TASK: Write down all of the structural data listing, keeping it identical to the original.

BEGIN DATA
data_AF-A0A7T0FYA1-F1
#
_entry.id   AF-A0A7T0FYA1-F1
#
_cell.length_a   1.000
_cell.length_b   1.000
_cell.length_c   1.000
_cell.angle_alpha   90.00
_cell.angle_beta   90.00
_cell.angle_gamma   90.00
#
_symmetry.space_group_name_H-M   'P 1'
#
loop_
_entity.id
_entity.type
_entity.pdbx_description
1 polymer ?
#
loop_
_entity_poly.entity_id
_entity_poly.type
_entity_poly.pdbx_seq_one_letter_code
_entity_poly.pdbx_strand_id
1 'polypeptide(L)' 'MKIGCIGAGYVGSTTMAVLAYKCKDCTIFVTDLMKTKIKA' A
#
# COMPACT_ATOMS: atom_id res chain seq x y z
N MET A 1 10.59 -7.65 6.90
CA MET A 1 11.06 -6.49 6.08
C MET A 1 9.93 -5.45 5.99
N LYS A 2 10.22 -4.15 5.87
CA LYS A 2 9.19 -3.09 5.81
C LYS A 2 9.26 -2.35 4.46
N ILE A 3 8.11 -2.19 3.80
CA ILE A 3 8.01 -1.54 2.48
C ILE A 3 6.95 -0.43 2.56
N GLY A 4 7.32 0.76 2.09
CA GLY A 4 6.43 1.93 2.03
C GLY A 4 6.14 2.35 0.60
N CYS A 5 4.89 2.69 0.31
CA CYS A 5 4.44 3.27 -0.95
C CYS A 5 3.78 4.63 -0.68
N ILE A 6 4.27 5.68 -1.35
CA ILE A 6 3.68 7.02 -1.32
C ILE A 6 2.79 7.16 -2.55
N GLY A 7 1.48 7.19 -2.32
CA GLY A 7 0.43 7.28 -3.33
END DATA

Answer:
data_AF-A0A7T0FYA1-F1
#
_entry.id   AF-A0A7T0FYA1-F1
#
_cell.length_a   1.000
_cell.length_b   1.000
_cell.length_c   1.000
_cell.angle_alpha   90.00
_cell.angle_beta   90.00
_cell.angle_gamma   90.00
#
_symmetry.space_group_name_H-M   'P 1'
#
loop_
_entity.id
_entity.type
_entity.pdbx_description
1 polymer ?
#
loop_
_entity_poly.entity_id
_entity_poly.type
_entity_poly.pdbx_seq_one_letter_code
_entity_poly.pdbx_strand_id
1 'polypeptide(L)' 'MKIGCIGAGYVGSTTMAVLAYKCKDCTIFVTDLMKTKIKA' A
#
# COMPACT_ATOMS: atom_id res chain seq x y z
N MET A 1 10.59 -7.65 6.90
CA MET A 1 11.06 -6.49 6.08
C MET A 1 9.93 -5.45 5.99
N LYS A 2 10.22 -4.15 5.87
CA LYS A 2 9.19 -3.09 5.81
C LYS A 2 9.26 -2.35 4.46
N ILE A 3 8.11 -2.19 3.80
CA ILE A 3 8.01 -1.54 2.48
C ILE A 3 6.95 -0.43 2.56
N GLY A 4 7.32 0.76 2.09
CA GLY A 4 6.43 1.93 2.03
C GLY A 4 6.14 2.35 0.60
N CYS A 5 4.89 2.69 0.31
CA CYS A 5 4.44 3.27 -0.95
C CYS A 5 3.78 4.63 -0.68
N ILE A 6 4.27 5.68 -1.35
CA ILE A 6 3.68 7.02 -1.32
C ILE A 6 2.79 7.16 -2.55
N GLY A 7 1.48 7.19 -2.32
CA GLY A 7 0.43 7.28 -3.33